Registration for the 2019 fall semester at Northwest Mississippi Community College is just around the corner. Open registration for day classes for students who have not previously registered will be held on Thursday and Friday, Aug. 15-16, from 8:30 a.m. to 3:30 p.m. on all campuses. On the Senatobia campus, registration will be held in Tate Hall. Open registration for evening classes will be held on Wednesday, Aug. 14 from 4:30 to 7 p.m. on all three campuses. Day and evening classes begin on Monday, Aug. 19. Late registration will be held Aug. 19-23 from 8 a.m. to 3:30 p.m. Students may register for Northwest eLearning’s online classes Wednesday, Aug. 14, 4:30 to 7 p.m. and Thursday and Friday, Aug. 15-16, from 8:30 a.m. to 3:30 p.m. Online classes begin Monday, Aug. 26. Late registration for online classes begins Monday, Aug. 26 and ends Friday, Aug. 30. Financial Aid staff will be available on all campuses to assist students with financial aid concerns during registration. On the Senatobia campus, Financial Aid staff will be in Tate Hall during registration on Wednesday, Aug. 14 through Friday, Aug. 16, but will return to their office in Yalobusha Hall, Suite 103 on Monday, Aug. 19. Northwest will also offer a variety of classes on campus and online during the college’s two eight-week fall 2019 mini-terms. The first session of on-campus mini-terms will begin on Aug. 19 and end on Oct. 11, and the first session of online mini-terms will be held from Aug. 26 to Oct. 18. The second session of on-campus mini-terms will be held Oct. 16 to Dec. 13, and the second session of online mini-terms will be held Oct. 21 through Dec. 6. Open registration for mini-terms will be held Thursday and Friday, Aug. 15 and 16, for the first fall mini-term and Thursday and Friday, Oct. 10 and 11, for the second fall mini-term from 8:30 a.m.- 3:30 p.m. Students may also register for either mini-term during regular Open Registration Aug. 14-16. Registration for both sessions of eLearning mini-term classes is during evening school registration on Aug. 14 and day registration Aug. 15-16. Students may also register for second session eLearning mini-term classes Friday, Oct. 18. The Fall 2019 course schedule can be accessed on the Northwest website at northwestms.edu. Click on students and choose myNWCC. For more information on fall registration, visit the Northwest website at www.northwestms.edu or call 662-562-3200.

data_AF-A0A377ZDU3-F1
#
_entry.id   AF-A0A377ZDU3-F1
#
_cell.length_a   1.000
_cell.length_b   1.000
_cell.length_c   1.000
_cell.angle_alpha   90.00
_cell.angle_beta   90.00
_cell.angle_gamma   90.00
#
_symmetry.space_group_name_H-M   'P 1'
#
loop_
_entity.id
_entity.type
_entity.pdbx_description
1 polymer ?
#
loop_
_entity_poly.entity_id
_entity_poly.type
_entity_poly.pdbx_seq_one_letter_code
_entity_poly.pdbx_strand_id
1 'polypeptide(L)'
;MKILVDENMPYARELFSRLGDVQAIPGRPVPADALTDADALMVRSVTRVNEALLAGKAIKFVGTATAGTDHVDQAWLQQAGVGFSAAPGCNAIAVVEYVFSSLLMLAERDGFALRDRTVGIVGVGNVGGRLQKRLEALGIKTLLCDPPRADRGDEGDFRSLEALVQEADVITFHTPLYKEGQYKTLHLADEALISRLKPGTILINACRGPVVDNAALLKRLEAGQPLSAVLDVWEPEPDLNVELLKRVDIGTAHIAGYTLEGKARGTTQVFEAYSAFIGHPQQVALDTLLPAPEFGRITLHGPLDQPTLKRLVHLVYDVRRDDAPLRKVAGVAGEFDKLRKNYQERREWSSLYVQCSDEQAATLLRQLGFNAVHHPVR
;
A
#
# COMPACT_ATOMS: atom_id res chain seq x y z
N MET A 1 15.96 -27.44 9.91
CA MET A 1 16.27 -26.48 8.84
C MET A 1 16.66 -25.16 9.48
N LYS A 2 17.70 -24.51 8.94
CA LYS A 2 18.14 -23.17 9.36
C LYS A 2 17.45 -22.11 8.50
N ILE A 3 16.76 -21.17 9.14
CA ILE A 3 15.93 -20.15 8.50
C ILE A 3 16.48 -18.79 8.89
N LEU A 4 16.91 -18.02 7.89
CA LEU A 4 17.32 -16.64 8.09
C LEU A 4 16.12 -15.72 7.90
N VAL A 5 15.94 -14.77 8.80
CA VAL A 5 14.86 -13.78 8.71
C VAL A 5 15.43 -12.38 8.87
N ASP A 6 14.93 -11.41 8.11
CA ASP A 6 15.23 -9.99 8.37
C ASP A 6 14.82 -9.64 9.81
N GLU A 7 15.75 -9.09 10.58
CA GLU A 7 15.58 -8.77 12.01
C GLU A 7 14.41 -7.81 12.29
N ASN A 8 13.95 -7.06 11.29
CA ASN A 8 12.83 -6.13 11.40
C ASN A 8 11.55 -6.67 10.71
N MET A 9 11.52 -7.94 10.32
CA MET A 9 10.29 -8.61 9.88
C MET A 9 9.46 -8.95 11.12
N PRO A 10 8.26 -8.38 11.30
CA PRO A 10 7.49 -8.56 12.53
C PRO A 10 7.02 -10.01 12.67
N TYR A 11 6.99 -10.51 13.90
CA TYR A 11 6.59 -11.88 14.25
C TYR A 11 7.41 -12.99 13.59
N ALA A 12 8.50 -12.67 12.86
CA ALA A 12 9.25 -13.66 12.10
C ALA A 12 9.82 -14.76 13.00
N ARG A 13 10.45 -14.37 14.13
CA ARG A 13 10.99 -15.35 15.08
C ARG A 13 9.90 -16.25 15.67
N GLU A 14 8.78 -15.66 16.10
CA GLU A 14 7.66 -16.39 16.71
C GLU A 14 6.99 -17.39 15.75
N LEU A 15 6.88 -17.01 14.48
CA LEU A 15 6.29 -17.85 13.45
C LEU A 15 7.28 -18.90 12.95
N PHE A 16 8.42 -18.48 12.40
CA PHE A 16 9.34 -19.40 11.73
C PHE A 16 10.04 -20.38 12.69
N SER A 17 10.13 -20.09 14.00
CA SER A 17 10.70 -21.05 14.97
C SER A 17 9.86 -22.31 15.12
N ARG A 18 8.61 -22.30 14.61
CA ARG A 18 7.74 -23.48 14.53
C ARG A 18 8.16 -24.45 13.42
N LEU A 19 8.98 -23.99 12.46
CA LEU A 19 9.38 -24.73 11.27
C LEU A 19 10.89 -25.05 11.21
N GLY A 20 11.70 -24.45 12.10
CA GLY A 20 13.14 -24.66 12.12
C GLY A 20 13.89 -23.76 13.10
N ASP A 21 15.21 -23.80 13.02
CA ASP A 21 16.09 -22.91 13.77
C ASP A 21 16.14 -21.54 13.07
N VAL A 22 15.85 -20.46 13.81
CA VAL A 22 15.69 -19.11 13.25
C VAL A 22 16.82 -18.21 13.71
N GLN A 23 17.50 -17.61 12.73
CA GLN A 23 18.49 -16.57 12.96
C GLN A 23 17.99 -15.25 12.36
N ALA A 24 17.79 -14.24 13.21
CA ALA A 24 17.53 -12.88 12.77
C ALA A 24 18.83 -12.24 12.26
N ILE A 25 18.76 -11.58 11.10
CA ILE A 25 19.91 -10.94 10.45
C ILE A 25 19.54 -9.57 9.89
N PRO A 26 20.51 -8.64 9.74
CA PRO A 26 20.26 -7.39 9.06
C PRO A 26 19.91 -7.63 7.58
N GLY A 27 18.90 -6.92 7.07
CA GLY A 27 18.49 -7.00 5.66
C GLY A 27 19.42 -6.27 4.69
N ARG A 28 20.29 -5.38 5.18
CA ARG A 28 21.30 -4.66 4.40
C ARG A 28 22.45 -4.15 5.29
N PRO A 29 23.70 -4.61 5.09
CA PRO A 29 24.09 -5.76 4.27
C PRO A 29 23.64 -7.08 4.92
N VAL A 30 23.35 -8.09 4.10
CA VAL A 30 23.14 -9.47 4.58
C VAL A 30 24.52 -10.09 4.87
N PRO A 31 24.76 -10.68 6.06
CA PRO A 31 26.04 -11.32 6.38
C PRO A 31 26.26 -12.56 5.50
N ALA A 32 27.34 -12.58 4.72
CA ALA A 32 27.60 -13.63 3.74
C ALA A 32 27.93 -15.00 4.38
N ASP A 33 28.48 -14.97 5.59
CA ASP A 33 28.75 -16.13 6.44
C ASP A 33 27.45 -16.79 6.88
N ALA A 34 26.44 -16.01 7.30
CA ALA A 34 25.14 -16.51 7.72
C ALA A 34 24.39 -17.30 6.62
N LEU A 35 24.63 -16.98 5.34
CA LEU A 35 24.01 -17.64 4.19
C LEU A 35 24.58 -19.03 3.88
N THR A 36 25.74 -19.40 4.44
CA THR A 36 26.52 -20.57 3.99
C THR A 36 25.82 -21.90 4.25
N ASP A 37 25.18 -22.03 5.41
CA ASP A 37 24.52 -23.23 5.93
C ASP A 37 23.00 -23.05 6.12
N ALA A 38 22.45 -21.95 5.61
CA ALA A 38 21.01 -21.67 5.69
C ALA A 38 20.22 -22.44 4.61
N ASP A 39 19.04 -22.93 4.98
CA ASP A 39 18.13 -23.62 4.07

The Northwest Mississippi Community College Adult Education (AE) program was recently awarded a $7,500 grant from the Dollar General Literacy Foundation to support adult education/high school equivalency literacy. The AE program offers high school equivalency classes to help students obtain their high school diploma and transition into college classes or advance in their current work placement with improved employability skills. “Thank you to the Dollar General Literacy Foundation! This generous grant will help so many adult learners. We are grateful to Dollar General for the continuous support of our program,” said Betty Cossar, AE transition coordinator. The local grant award is part of more than $8.3 million in grants awarded to more than 1,000 schools, nonprofits and organizations across the states that Dollar General serves. “In keeping with Dollar General’s mission of ‘Serving Others,’ we are excited to provide grants to support literacy and education initiatives in the communities we proudly call home,” said Todd Vasos, Dollar General’s CEO and Dollar General Literacy Foundation board member. “Each year, funds provided by the Dollar General Literacy Foundation make a real difference by providing the tools that students, adults and families need to pursue new opportunities and accomplish their goals. We believe these programs empower the communities we serve, and we are honored to play a role in their success.” The Dollar General Literacy Foundation is proud to support initiatives that help others improve their lives through literacy and education. Since its inception in 1993, the Dollar General Literacy Foundation has awarded more than $154 million in grants to nonprofit organizations, helping more than 10 million individuals take their first steps toward literacy or continued education. For more information on Northwest’s Adult Education program or to sign up for AE orientation, contact Cossar at email@example.com visit the college’s website at northwestms.edu.